Just based on the number of sentences I've underlined, "Models of the Church" is one of the most logical and readable books about Catholic ecclesiology that I have every read. Cardinal Avery Dulles lays out the pros and cons for 5 model of the Church -- Church as Institution, Mystical Communion, Sacrament, Herald and Servant. Later he looks at the Church as a Community of Disciples. The models are evaluated on their basis in Scripture, their link to Catholic traditional teaching (including Vatican II) and their resonance with the modern world. Dulles' presentation is thoroughly sane and "unchurchy", describing the pros and cons of each model fairly and honestly. Dulles also examines each model in light of its approach to eschatology, revelation and its ecumenical fitness.

I highly recommend this book for anyone who wants an honest look at a variety of valid means for imaging the Church. Dulles is the kind of Catholic churchman who is certain enough of his faith that he is willing to judge his Church dispassionately, letting let the chips fall where they may.
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21 of 25 people found the following review helpful By magmckinnon@juno.com on November 25, 1998
Format: Paperback
Dulles' book offers keen insights into the various models of Church. It gives the reader permission to have a particular starting point and then assists the reader into broadening one's horizon. Excellent text for course work on the Church. Lay people should be able to comprehend much of the material. Excellent text for discussions on what it means to be church.
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10 of 11 people found the following review helpful By James Gallen VINE VOICE on May 4, 2008
Format: Paperback
For those of you who have an interest in theology, but have little formal training in the discipline, I am your reviewer. "Models of the Church" provides the general reader with a work which is thought provoking but, with some effort, understandable.

Cardinal Dulles begins this book with an outline of five models of the Church: Institution; Mystical Communion; Sacrament; Herald; and Servant. The Institution Model emphasizes the visible structure of the Church. The Mystical Union emphasizes its unity as the People of God joined together in Him. The Sacrament emphasizes the Church's role as a mediator of grace. As Herald, the Church proclaims the Word of God. As Servant, it exists to serve God's people. In each section the model is explained and the strengths and weaknesses are examined.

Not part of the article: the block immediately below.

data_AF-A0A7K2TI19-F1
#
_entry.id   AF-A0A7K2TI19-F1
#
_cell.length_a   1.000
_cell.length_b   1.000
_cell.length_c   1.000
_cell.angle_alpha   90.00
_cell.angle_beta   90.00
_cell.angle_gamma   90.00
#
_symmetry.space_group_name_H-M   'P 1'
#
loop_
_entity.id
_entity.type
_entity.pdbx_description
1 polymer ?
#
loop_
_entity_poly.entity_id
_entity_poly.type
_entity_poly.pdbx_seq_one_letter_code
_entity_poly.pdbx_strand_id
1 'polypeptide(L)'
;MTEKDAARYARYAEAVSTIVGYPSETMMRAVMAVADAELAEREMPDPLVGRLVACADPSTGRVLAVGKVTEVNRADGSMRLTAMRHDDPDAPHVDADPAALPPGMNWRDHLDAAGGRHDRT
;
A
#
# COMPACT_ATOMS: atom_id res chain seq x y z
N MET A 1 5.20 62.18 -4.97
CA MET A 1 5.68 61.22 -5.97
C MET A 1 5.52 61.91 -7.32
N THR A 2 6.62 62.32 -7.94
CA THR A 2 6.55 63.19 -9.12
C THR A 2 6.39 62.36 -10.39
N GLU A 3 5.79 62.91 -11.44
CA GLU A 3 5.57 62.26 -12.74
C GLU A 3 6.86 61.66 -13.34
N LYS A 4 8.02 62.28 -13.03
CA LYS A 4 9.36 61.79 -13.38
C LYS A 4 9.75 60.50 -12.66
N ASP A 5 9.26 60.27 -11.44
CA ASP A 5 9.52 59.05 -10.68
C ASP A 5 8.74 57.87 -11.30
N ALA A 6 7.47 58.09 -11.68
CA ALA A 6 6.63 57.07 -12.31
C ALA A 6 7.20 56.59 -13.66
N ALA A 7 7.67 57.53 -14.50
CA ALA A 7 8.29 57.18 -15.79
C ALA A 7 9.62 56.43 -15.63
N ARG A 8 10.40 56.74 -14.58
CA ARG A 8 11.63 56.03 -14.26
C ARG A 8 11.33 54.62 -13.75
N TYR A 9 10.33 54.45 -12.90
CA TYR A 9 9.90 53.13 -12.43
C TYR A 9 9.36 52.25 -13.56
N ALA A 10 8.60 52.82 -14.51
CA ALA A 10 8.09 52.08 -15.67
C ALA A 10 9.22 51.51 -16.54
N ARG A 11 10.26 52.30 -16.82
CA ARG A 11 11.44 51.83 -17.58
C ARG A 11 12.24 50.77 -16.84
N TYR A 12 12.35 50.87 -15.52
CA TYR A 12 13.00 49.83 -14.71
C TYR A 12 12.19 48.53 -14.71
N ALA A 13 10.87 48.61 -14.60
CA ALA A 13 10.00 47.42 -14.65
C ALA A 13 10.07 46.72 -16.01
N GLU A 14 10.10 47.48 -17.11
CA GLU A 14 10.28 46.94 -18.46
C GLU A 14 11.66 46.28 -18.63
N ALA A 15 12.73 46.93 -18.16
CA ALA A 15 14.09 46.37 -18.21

After explaining the models, Cardinal Dulles how each shape the view of the Church's relationship to Eschatology, other Churches, the Ministry, Revelation and the discernment of the True Church. He then wraps it all up in his model as the Church as the Community of Disciples.

I think that this book will help me understand the Church and its different aspects. As I contemplate the mystery of the Church, I will have some guidance in how to go about it. It can do the same for you.
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4 of 4 people found the following review helpful By Lincoln S. Dall on February 26, 2012
Format: Paperback
I read this book first as a student at a Catholic seminary, and have referred to this book again and again. I think one mistake people make is in emphasizing one model over another or preferring one model and ignoring the other. Rather, I see these models as a "both/and" proposition rather than "either/or". Seeing the Church as a servant, or a herald of Good News or as a Sacrament in itself helps us gain greater insight and appreciation as to what the Church really is. I came to the Catholic Church as an adult - I chose to be Catholic. And I appreciate that gift that the Catholic Church is for me in my life and the gift from God that the Church is to the world. I think that after reading this book, the reader gains a greater appreciation of the different facets of the Church, of what the Church really is in our world.